Krakow, Poland

During the walking tour of this elegant city, once the seat of Poland's royalty, ten centures of architecture are on display. The route included Wawel Castle, the coronation and burial site of Polish kings.

Marguerite, Chris, and Gretchen enjoyed the tour in their rain gear!

The castle is a popular place for children and many were there that day. A scale model of the castle showed how very large it is. There were also small chapels built inside the grounds that are almost on top of each other, one with a beautiful gold dome.

Auschwitz and Birkenau

We spent a somber afternoon at the Nazi concentration camp at Auschwitz and the nearby "death camp" of Birkenau. There is also a museum and memorial dedicated to the 1.5 million people who perished there. There is a "killing wall" where thousands of prisoners were shot; displays of suitcases, shoes, and other personal effects, and many posters of statistics. All very, very sad.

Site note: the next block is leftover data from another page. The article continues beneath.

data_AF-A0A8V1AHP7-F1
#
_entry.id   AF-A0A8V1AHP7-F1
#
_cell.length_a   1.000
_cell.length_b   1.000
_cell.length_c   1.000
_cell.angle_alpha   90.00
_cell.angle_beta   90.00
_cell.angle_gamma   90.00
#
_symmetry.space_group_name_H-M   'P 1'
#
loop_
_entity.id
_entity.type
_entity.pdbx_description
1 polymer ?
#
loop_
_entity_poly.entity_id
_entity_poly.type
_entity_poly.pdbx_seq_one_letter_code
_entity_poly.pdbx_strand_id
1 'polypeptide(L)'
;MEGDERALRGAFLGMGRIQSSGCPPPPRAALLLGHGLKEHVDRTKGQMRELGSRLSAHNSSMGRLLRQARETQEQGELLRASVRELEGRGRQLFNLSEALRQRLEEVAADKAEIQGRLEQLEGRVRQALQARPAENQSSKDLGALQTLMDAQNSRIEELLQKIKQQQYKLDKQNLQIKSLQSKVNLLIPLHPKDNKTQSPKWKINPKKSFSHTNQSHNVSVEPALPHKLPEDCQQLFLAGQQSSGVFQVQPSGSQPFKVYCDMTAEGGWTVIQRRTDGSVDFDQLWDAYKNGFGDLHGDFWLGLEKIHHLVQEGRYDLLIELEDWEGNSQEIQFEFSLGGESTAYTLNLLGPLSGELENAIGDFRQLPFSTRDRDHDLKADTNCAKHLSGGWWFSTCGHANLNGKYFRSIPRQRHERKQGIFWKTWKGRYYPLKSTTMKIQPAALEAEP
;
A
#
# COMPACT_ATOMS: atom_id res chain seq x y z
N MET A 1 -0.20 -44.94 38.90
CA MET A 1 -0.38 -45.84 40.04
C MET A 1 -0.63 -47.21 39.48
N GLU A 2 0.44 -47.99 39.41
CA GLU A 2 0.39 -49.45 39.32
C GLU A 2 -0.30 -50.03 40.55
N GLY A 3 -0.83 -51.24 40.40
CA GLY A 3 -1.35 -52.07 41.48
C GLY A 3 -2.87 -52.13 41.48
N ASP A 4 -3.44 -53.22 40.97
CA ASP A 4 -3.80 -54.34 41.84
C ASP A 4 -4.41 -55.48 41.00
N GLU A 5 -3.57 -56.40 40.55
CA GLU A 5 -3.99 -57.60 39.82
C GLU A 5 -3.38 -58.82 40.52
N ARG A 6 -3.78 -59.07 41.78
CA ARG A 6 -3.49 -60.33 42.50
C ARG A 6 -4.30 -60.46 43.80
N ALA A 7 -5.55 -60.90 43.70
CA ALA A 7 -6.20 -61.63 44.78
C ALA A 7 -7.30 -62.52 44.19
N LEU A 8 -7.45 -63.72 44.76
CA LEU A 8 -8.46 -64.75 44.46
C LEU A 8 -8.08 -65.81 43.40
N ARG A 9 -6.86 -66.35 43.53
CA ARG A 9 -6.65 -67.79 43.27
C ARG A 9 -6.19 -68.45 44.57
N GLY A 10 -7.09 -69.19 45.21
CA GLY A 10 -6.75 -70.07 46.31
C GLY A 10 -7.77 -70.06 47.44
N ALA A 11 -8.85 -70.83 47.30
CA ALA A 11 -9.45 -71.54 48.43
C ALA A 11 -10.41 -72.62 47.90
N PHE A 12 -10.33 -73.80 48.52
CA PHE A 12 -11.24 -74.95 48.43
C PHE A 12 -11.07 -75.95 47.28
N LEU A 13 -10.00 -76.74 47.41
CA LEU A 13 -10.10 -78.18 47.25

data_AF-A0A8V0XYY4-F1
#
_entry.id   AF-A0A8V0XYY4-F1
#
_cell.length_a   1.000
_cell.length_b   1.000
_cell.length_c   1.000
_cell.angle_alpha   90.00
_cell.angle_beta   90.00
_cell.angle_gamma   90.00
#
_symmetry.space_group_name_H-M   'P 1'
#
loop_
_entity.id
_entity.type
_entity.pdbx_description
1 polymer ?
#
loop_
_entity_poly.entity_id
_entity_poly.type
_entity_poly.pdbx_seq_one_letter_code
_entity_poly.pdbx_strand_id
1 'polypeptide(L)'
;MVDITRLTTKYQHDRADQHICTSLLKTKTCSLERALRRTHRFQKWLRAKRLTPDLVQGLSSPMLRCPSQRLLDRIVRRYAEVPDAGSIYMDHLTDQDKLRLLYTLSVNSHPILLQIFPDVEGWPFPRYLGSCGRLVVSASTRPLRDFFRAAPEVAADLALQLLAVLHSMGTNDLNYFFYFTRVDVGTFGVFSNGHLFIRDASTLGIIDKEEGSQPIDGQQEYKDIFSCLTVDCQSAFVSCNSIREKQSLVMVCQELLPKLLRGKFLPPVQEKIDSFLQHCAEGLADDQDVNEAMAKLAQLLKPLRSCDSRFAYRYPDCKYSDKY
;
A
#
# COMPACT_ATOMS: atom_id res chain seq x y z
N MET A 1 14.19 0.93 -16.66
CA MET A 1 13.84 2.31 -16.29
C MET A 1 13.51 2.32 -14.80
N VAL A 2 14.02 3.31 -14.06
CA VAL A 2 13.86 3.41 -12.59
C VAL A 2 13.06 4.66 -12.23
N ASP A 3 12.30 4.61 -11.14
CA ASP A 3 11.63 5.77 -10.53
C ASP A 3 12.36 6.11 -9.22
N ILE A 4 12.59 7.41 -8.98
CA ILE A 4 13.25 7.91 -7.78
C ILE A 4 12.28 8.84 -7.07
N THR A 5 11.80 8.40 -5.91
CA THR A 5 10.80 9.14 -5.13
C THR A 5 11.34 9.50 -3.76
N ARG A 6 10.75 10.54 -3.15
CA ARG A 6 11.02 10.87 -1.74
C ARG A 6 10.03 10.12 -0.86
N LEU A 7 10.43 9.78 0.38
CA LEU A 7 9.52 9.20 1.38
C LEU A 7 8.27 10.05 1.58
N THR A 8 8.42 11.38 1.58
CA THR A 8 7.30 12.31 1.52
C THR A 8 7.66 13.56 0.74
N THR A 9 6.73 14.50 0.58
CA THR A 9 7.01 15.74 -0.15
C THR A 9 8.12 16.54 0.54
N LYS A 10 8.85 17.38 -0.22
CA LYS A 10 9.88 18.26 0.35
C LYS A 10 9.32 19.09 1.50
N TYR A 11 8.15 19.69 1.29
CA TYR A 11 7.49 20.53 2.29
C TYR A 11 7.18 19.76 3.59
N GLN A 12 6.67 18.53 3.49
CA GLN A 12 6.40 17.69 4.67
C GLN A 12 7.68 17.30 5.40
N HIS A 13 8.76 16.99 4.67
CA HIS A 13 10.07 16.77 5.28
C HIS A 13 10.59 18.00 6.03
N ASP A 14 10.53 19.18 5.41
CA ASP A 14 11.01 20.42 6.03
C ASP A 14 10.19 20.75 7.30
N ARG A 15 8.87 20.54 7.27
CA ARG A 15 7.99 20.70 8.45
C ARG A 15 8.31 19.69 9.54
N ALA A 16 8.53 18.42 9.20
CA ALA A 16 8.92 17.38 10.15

The River Splendor Ship

Budapest, Hungary

We arrived in Budapest, Hungary, and were joined by Nedra Mathis, Marguerite's dear friend from when they were 10 years old, and 7 other travelers from the Atlanta area. Our group of 15 was known as "Gretchen's Cruisers" and usually ate together and traveled on the same bus. Nedra and Marguerite shared cabin 427 on the top A deck.

The first night on the ship was the Safety briefing and dinner, then the next day started with a city tour of Budapest, Hungary's capital. The tour included views of the city from Fisherman's Bastion, a magnificent terrace overlooking the Danube and lots of walking to see other sights.